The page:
Historically child labour only became a social problem, when education was spread to the whole society. Especially after education became compulsory, the combination of work and studies was not possible anymore. As society believed, that the education of children was a benefit and necessary, their work had to be abolished continuously. The negative image of child labour, that is common today in the industrial world, is hence a consequence of the changes in political, economical and social conditions.[5]

Defining the term “child labour” is not easy. Especially when thinking internationally, the concept “child” can be interpreted very differently. It could for example be defined by a certain age. But different societies may have different ideas of the age that tags the point when a child turns into an adult. In some societies certain social or religious rites and obligations may be more important than the age. In others the transition from child to adult happens so slowly, that it is not possible to abstract a certain point for the distinction of the life phases. Due to this, we have to agree upon the fact that when talking about the term “child”, different concepts could be meant depending on the context.[6]

In literature, the term “child labour” is used with many different concepts. The ones used most are:[7]

- All work of any kind performed by children
- Economic participation by children
- Full-time work performed by children
- Work that is harmful to children
- Work that interferes with schooling
- All remunerated work
- Wage employment
- Work that exploits children
- Work that violates national child labour laws
- Work that violates international standards

In order to respect national traditions, this paper will adapt the concept of positive and negative child labour.

Child labour is positive, and acknowledged as such, if it influences the development of a child positively. In developing countries working children can increase their status within their families and the society. They can learn their parents’ skills early and like this have an easier start into the adult life. Even in industrialised societies, work of children is accepted, because it is proved to support their self-esteem and –confidence.[8]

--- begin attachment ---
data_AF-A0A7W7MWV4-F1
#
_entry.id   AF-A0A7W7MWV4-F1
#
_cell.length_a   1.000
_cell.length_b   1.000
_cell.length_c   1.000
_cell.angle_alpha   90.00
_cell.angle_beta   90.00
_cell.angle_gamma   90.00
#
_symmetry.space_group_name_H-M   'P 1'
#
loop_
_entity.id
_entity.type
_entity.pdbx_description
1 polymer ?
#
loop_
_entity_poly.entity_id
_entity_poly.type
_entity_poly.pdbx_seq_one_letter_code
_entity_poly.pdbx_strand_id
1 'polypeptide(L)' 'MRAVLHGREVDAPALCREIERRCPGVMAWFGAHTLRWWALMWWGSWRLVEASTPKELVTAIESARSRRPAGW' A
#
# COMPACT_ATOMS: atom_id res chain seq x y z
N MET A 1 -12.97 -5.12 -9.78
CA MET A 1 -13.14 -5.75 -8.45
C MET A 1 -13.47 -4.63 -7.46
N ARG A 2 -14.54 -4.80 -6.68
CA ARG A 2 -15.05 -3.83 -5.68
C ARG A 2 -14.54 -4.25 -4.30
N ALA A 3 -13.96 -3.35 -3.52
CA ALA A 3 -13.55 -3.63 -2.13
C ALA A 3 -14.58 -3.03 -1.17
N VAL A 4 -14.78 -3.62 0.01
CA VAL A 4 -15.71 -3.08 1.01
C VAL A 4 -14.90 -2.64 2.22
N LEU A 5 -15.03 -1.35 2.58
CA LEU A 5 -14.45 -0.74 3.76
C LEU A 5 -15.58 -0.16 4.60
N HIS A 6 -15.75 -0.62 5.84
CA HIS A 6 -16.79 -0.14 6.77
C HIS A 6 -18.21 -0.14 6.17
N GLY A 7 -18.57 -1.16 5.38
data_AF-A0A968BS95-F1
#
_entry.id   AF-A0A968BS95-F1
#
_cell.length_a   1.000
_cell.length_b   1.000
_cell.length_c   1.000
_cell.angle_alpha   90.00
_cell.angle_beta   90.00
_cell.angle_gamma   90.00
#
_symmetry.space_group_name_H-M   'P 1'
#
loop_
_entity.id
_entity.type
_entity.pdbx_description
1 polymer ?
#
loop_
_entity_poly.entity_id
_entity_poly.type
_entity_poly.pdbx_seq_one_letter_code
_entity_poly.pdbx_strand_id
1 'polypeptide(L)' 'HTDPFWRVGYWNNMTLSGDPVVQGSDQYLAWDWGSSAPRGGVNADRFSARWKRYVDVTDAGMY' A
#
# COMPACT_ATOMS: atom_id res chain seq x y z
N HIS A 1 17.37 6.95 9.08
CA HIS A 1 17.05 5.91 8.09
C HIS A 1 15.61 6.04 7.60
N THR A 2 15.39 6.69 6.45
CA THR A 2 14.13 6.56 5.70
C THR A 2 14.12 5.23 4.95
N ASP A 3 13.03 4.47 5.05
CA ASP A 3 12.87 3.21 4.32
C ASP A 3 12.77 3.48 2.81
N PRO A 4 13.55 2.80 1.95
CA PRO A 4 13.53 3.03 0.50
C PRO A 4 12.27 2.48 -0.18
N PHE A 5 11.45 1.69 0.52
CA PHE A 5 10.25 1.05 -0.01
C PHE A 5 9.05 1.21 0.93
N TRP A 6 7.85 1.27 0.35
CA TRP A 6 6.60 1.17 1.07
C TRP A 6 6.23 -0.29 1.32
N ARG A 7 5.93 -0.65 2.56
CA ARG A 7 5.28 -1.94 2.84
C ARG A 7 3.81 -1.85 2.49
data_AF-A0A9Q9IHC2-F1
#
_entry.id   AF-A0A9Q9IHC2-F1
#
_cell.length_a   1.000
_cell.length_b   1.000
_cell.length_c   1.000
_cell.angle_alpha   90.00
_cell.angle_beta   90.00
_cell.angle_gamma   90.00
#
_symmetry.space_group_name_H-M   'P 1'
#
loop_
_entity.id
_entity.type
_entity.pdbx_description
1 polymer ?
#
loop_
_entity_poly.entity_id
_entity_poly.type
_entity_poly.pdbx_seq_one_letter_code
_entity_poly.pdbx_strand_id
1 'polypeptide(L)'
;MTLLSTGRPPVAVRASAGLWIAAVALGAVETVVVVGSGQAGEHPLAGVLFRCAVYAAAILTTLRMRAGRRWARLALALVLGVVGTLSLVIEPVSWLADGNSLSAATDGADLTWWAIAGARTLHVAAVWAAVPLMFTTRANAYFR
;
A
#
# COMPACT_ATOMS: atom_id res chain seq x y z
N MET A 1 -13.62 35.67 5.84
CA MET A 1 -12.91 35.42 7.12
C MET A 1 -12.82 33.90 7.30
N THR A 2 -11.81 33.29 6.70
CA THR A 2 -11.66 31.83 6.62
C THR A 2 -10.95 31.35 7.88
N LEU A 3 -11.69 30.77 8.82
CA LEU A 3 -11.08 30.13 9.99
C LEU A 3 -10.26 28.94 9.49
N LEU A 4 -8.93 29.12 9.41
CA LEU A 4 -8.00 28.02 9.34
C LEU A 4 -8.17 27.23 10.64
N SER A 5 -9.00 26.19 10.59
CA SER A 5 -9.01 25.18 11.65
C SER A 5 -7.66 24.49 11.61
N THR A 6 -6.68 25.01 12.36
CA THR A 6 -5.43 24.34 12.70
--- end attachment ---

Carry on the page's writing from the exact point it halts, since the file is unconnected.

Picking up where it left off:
Child labour turns negative when it comes to an exploitation of the children. Alec Fyve defines this exploitive child labour with the following characteristics:[9]

- Children work too young
- Children work too long hours
- Children work for too little pay
- Children work in hazardous conditions
- Children work under slave-like conditions

When using the term “child labour”, this paper keeps with the use of the term by the International Labor Organization[10] and will refer to the latter, the exploitive kind of labour.

2.3 Relation: Child Labour & Informal Economy

According to Rosalind Boyd, child labour can be divided into four broad types of activities.[11]

Children can be employed in industries. In developing countries children mostly start by the age of four or five. Often they are sold to the owners by their parents and work with little or no pay. Typical industries, children’s work is abused in, are the carpet, the garment and the matchstick industry profiting of the cheap labour. Recent movements in industrial countries against child labour and deriving boycotts caused a hiding and informalisation of the work of these children.

A similar picture arises when examining child work on agricultural farms. While farm work performed by family members is acknowledged, the work of other children has been disapproved by Western societies. Thus the pressure to hide the child workers is high and many of them have been forced to move to urban areas in order to find any kind of new job, that in most cases is even more hazardous.


[1] cp. Teichert, V., p.21

[2] cp. ibid

[3] cp. Florisbela dos Santos, A.-L., p.11/12

[4] cp. Seelaus, A., p.38

[5] cp. ibid, p.19

[6] cp. Fyve, A., p.6

[7] cp. Seelaus, A., p.38/39

[8] cp. Fyve, A., p.7

[9] ibid, p.7/8

[10] cp. ILO, Global Report on Child labour, p.23

[11] cp. Boyd, R., p.155-157

Excerpt out of 21 pages


Informal Economy and Child Labour
Berlin School of Economics
Workers' Rights in the Informal Economy
Catalog Number
ISBN (eBook)
File size
587 KB
An introduction to labour and social standards as well as to initiatives against hazardous child labour and their effectiveness. Including a worst case and a best case example.
Informal, Economy, Child, Labour, Workers, Rights, Informal, Economy
Quote paper
Yasmin Shoaib (Author), 2006, Informal Economy and Child Labour, Munich, GRIN Verlag,